Senate Budget Committee Chairman Bernie SandersBernie SandersOn The Money — Progressives play hard ball on Biden budget plan The Hill's Morning Report - Presented by Altria - Biden: We will fix nation's problems Left doubles down on aggressive strategy MORE (I-Vt.) on Wednesday aired his frustration with moderate Democrats, arguing they should be more specific about what they want in a fight over a sweeping social spending plan.
Sanders convened a press conference Wednesday to fire back at Sen. Joe ManchinJoe ManchinOn The Money — Progressives play hard ball on Biden budget plan Schumer, McConnell headed for another collision over voting rights Overnight Energy & Environment — Presented by ExxonMobil — Climate divides conservative Democrats in reconciliation push MORE (D-W.Va.) after the centrist Democrat told reporters earlier in the day that $1.5 trillion was his top line on the spending fight and warned against creating an "entitlement" society.
"The time is long overdue for him to tell us with specificity — not generalities; we're beyond generalities ... what he wants and what he does not want, and explain that to the people of West Virginia," Sanders told reporters.
Sanders also made a similar demand of Sen. Kyrsten SinemaKyrsten SinemaOn The Money — Progressives play hard ball on Biden budget plan Overnight Energy & Environment — Presented by ExxonMobil — Climate divides conservative Democrats in reconciliation push Pelosi on addressing climate through reconciliation package: 'This is our moment' MORE (D-Ariz.), when a reporter asked about the moderate Democrat. Sanders noted that he had seen reports that Sinema was opposed to certain tax increases, but hadn't heard specifics from her.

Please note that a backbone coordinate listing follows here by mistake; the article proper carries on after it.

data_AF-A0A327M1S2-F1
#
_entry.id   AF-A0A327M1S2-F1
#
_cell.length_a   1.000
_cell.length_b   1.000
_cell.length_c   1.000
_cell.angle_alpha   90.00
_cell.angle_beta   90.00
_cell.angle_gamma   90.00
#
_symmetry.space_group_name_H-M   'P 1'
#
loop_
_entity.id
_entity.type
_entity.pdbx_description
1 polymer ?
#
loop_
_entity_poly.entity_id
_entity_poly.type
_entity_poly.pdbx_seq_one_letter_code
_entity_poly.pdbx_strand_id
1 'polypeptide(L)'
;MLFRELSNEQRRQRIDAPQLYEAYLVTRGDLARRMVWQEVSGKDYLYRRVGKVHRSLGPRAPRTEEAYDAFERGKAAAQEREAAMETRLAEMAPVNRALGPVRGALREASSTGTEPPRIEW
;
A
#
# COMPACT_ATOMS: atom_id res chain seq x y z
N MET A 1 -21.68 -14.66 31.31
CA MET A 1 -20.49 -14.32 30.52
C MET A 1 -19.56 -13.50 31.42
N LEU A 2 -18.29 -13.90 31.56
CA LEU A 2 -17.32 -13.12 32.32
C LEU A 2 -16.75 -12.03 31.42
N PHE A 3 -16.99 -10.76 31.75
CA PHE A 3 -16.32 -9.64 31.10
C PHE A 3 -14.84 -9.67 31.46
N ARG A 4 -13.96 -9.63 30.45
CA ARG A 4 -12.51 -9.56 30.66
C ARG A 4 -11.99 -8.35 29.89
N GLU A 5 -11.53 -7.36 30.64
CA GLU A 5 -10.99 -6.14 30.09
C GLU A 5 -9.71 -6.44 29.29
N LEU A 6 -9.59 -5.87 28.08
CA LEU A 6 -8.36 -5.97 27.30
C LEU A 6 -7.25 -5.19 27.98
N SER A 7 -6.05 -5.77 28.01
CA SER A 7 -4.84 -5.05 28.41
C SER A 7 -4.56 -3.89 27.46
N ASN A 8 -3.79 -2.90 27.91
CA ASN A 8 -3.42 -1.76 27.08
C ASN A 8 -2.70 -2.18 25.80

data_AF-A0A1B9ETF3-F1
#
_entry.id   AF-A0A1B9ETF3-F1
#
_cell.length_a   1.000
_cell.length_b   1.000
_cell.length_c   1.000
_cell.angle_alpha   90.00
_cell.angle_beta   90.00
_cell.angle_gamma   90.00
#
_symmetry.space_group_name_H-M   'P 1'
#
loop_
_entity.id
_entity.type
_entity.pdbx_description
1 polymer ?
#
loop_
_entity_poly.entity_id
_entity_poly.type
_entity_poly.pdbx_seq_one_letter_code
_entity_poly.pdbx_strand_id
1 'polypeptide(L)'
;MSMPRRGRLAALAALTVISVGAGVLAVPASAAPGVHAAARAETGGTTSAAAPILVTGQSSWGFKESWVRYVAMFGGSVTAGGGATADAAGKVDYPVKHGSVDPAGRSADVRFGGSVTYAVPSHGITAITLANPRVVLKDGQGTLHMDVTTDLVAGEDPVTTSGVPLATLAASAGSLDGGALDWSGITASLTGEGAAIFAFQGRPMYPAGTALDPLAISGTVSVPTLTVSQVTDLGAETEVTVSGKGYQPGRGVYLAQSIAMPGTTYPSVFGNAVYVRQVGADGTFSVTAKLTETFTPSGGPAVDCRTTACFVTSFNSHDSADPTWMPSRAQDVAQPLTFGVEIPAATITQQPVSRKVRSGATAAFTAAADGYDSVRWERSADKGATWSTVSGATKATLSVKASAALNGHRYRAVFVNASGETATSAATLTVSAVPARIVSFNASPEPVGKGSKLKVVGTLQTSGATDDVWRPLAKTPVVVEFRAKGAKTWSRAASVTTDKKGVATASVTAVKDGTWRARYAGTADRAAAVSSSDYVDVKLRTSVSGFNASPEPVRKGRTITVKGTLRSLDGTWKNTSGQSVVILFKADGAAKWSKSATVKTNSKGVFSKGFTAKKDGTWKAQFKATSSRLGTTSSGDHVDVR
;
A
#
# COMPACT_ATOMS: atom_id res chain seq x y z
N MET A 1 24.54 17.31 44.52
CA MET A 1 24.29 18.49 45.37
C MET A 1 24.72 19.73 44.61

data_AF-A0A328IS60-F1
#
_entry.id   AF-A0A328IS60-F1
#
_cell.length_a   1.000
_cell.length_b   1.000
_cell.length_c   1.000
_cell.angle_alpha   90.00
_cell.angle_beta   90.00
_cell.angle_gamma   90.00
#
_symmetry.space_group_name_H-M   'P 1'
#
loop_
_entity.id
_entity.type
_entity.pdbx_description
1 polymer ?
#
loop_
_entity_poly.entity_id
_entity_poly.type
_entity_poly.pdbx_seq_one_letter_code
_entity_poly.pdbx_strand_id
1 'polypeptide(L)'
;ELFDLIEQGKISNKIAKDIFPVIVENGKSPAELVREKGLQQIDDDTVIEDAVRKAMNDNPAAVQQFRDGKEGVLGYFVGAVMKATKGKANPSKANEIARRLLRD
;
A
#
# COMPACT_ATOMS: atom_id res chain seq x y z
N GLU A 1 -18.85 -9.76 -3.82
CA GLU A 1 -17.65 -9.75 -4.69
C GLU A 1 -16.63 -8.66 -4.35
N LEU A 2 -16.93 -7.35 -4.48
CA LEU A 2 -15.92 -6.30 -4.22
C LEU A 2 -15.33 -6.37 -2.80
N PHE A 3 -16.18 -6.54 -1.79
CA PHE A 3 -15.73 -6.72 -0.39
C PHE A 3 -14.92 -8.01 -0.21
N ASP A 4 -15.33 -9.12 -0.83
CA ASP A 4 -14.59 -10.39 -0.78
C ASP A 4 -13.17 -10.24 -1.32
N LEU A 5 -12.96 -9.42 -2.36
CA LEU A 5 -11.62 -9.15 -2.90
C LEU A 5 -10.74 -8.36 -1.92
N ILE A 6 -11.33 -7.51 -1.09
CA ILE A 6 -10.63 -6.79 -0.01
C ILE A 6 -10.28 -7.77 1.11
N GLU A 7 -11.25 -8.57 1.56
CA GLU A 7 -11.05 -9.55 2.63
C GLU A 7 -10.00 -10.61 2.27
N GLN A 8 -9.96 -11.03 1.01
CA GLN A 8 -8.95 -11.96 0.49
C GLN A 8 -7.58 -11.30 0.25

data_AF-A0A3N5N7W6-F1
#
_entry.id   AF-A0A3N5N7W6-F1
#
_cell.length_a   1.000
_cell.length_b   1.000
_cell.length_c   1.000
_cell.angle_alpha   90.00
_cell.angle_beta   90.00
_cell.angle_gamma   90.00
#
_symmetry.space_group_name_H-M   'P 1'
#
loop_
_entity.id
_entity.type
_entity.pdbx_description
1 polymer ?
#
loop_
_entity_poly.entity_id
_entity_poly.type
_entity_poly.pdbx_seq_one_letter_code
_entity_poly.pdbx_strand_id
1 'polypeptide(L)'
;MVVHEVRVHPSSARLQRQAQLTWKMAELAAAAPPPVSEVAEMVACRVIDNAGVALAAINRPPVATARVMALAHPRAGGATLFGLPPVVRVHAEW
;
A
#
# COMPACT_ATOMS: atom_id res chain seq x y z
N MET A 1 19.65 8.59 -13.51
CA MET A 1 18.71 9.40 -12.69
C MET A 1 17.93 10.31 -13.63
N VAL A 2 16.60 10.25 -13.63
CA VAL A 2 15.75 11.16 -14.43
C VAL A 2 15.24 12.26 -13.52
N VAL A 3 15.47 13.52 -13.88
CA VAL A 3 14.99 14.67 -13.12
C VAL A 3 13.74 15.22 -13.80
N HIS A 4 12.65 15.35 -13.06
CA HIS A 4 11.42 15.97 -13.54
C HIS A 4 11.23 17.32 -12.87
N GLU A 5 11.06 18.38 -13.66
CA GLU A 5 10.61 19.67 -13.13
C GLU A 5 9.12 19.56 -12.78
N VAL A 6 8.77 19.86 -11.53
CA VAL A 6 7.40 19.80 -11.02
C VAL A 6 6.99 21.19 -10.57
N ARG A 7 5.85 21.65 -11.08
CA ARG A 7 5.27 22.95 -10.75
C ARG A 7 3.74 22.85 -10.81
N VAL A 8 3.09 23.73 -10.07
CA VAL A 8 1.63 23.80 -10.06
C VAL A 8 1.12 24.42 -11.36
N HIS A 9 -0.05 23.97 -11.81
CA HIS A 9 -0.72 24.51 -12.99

“Sen. Sinema’s position is that she does not negotiate publicly. I don’t know what that means … Don’t know where she’s coming from," Sanders said.
He added that he would make the same request of Sinema that he's making of Manchin: "Tell us what you want."
But most of Sanders's nearly 15-minute press conference was focused on Manchin, who is on the opposite side of the Democratic caucus from Sanders. Though the two men are both on Schumer's leadership team, former aides have characterized them as having little working history or personal relationship
Sanders, during the press conference, went through a laundry list of programs Democrats are hoping to include in their spending package including drug reforms, new child care programs, paid family leave and expanding Medicare to cover hearing, vision and dental.
"Does Sen. Manchin really believe that seniors are not entitled to digest their food, and they're not entitled to hear and see properly? Is that really too much to ask?" Sanders asked.
Sanders and Manchin are also deeply divided on the potential top line for the Democratic spending package. Progressives wanted a bill of $6 trillion and viewed $3.5 trillion as a compromise.
Manchin, however, told reporters on Wednesday morning that $1.5 trillion was his top line for the spending bill.
"My number has been $1.5. I've been very clear," he said.
"I've been very clear when it comes to who we are as a society, who we are as a nation. ... I don't believe that we should turn our society into an entitlement society. I think we should still be a compassionate, rewarding society," Manchin said.
Manchin, in a statement after Sanders' press conference, said Sanders wants to move the country toward an "entitlement society."
“Respectfully, Senator Sanders and I share very different policy and political beliefs. ... believe we should have a compassionate and rewarding society,” Manchin said.
But Sanders, during his press conference, argued that most of the Senate Democratic caucus supported a $3.5 trillion top line for their spending bill.
"I'm not here to disparage Sen. Manchin," Sanders said. "[But] we've got 48 senators who support $3.5 trillion. We have two people who don't."
"It is wrong, it is really not playing fair, that one or two people think they should be able to stop what 48 members of the Democratic caucus wants, what the American people want, what the president of the United States wants," he said. "Two people do not have a right to sabotage what 48 want."
Aris Folley contributed. Updated at 6:03 p.m.